The lawyer dubbed the "Witchfinder General" made a robust defence of the courts today in the wake of a series of high-profile acquittals in celebrity sex trials.
Nazir Afzal, chief Crown prosecutor for the North West, who put Coronation Street's William Roache in the dock, said the authorities would prosecute if the evidence was there, irrespective of who the defendant is in cases of historic sex abuse.
"This is not some witch hunt. Criminal justice is not a ducking-stool, it is due process. It is a collection of evidence, scrutiny of evidence, presentation of evidence, the testing of that evidence and determination by a jury," he said.
Mr Afzal said in each case, no matter who the complainant or accused is, the same test applies in deciding whether a case goes to court: "Is there sufficient evidence to provide a realistic prospect of conviction and is it in the public interest to do so? The threshold has not changed.
"Time is not barrier to justice being delivered. It is for Parliament to determine there should be a limitation on cases being brought to court. Parliament has decided there is no limitation on these types of cases and that must be right.
"Our test is the realistic prospect of conviction, it's not the same as 'This man is guilty' - that is a judgment only a jury can make.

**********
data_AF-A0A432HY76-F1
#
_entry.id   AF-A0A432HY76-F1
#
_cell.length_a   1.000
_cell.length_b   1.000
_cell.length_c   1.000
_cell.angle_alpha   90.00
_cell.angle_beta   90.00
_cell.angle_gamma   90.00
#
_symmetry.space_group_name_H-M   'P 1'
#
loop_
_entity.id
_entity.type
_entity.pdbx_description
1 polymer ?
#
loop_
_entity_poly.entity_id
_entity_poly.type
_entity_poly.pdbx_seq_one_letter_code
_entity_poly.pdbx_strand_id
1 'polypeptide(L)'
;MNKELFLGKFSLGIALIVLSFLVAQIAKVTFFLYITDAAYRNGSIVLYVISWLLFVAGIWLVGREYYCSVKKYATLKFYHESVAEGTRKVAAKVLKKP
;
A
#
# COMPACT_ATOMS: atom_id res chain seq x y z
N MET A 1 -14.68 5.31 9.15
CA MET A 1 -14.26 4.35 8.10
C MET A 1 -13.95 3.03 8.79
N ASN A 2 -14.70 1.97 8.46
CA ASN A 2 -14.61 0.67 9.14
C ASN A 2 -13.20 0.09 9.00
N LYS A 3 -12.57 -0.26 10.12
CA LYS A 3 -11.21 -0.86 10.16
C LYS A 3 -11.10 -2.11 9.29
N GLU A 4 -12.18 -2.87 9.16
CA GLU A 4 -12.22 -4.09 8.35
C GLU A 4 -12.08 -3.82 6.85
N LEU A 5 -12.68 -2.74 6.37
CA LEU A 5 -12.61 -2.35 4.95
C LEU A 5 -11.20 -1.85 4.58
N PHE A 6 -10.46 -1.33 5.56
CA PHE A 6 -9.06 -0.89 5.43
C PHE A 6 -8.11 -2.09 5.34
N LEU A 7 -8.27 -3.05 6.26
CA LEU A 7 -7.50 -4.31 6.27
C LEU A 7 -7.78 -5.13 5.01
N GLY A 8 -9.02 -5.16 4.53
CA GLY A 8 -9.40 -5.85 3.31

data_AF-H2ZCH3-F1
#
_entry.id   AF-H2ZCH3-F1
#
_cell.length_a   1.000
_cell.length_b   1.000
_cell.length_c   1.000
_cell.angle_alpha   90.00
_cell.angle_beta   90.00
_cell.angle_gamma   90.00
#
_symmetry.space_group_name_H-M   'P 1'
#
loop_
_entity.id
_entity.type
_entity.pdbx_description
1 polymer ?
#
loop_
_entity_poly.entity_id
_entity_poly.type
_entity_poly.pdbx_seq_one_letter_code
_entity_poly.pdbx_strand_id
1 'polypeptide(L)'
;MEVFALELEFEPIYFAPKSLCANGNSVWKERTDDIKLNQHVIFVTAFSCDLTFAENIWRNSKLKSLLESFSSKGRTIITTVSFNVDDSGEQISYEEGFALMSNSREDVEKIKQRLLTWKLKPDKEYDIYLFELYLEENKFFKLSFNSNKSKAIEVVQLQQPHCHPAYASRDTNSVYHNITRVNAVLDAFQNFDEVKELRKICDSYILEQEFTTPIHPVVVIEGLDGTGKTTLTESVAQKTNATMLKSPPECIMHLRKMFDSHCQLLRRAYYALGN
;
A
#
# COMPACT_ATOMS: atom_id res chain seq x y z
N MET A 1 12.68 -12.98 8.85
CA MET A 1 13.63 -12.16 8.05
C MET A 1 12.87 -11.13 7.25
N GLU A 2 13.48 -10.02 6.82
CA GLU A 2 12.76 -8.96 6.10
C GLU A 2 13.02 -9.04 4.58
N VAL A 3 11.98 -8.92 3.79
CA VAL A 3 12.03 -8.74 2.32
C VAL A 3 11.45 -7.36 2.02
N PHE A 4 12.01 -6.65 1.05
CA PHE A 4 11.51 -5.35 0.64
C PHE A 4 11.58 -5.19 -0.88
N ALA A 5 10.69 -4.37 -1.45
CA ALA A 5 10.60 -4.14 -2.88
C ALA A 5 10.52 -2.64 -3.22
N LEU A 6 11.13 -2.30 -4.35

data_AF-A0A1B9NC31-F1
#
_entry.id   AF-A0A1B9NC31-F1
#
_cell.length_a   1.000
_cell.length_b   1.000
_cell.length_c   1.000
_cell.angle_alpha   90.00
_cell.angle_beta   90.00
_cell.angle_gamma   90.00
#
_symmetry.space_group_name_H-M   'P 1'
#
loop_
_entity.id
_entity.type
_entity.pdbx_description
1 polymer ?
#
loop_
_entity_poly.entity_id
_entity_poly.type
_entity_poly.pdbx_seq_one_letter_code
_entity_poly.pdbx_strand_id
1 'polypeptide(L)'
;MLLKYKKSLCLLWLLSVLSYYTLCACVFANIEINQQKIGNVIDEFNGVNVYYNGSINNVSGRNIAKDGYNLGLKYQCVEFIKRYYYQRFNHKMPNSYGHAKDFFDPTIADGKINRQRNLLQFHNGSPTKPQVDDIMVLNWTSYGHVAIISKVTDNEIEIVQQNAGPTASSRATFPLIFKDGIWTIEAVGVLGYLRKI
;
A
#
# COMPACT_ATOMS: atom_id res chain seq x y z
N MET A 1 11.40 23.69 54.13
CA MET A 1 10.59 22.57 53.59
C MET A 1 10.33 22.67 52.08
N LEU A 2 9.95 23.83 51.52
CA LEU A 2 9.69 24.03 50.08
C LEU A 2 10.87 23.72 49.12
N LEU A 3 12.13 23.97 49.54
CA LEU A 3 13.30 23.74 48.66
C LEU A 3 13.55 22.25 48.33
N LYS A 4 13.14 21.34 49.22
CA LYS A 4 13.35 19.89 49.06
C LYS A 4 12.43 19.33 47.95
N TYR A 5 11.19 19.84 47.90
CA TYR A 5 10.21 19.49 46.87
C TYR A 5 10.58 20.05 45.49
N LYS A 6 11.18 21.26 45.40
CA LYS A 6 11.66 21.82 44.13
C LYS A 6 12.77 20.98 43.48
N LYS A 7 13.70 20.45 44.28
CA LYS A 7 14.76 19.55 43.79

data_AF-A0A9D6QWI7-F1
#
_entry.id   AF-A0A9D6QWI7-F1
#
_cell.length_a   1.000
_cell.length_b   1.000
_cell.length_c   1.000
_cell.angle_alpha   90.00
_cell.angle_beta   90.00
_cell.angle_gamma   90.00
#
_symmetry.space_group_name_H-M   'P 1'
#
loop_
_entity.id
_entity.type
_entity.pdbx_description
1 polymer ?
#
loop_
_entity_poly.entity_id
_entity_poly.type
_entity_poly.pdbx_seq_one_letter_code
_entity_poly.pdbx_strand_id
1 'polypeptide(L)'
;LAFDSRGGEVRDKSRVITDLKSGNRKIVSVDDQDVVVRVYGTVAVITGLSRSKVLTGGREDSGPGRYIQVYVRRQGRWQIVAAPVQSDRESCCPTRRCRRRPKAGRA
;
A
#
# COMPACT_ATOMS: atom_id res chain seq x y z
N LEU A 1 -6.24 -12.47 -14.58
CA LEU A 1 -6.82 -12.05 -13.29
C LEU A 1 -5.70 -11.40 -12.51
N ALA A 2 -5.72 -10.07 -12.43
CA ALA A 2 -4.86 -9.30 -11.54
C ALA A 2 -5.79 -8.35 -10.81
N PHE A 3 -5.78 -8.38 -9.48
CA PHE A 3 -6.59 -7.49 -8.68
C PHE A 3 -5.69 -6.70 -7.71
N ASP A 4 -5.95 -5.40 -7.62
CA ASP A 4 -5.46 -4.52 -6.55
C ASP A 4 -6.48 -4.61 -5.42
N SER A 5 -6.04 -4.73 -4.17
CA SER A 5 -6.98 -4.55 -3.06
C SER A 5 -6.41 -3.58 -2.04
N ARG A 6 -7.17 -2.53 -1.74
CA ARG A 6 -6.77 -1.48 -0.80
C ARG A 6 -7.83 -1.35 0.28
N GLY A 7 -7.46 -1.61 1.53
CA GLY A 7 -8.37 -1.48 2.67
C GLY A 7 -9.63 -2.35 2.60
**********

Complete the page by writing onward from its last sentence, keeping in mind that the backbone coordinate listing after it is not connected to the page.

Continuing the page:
"Nobody is above the law in this country. We apply the code, the law, the same to everybody."
Mr Afzal said that as a chief prosecutor he is "damned if I do and damned if I don't" in deciding whether a case goes to court.
And he said conviction rates are higher than ever before, despite some high-profile acquittals.
"We can all think of countries with 100% conviction rates. Would you want to live in one of those countries?" he asked.
Mr Afzal, speaking at a conference on sexual abuse in Manchester, said it was important to prosecute cases of historic abuse regardless of the passage of time for the sake of the victims.
"Time is not a healer," he said. "Justice delayed, evidently, is better than justice denied.
"The reality is we get it right most of the time."
Mr Afzal said that for generations children, very often the victims of sexual abuse, had been told they should be seen and not heard and it takes "enormous courage" to eventually come forward.
"It's our fault that they did not come forward 30 years ago, it's the fault of the perpetrators, the institutions or wherever the abuse took place, it's our fault, not theirs.
"We have, as organisations, as individuals, as neighbours, turned a blind eye to abuse, we have spent years and years and years thinking it is not happening in our streets, our schools, our homes, our institutions, or online. We seem to have assumed it's someone else's problem. I take issue with that, it is my problem and it is your problem."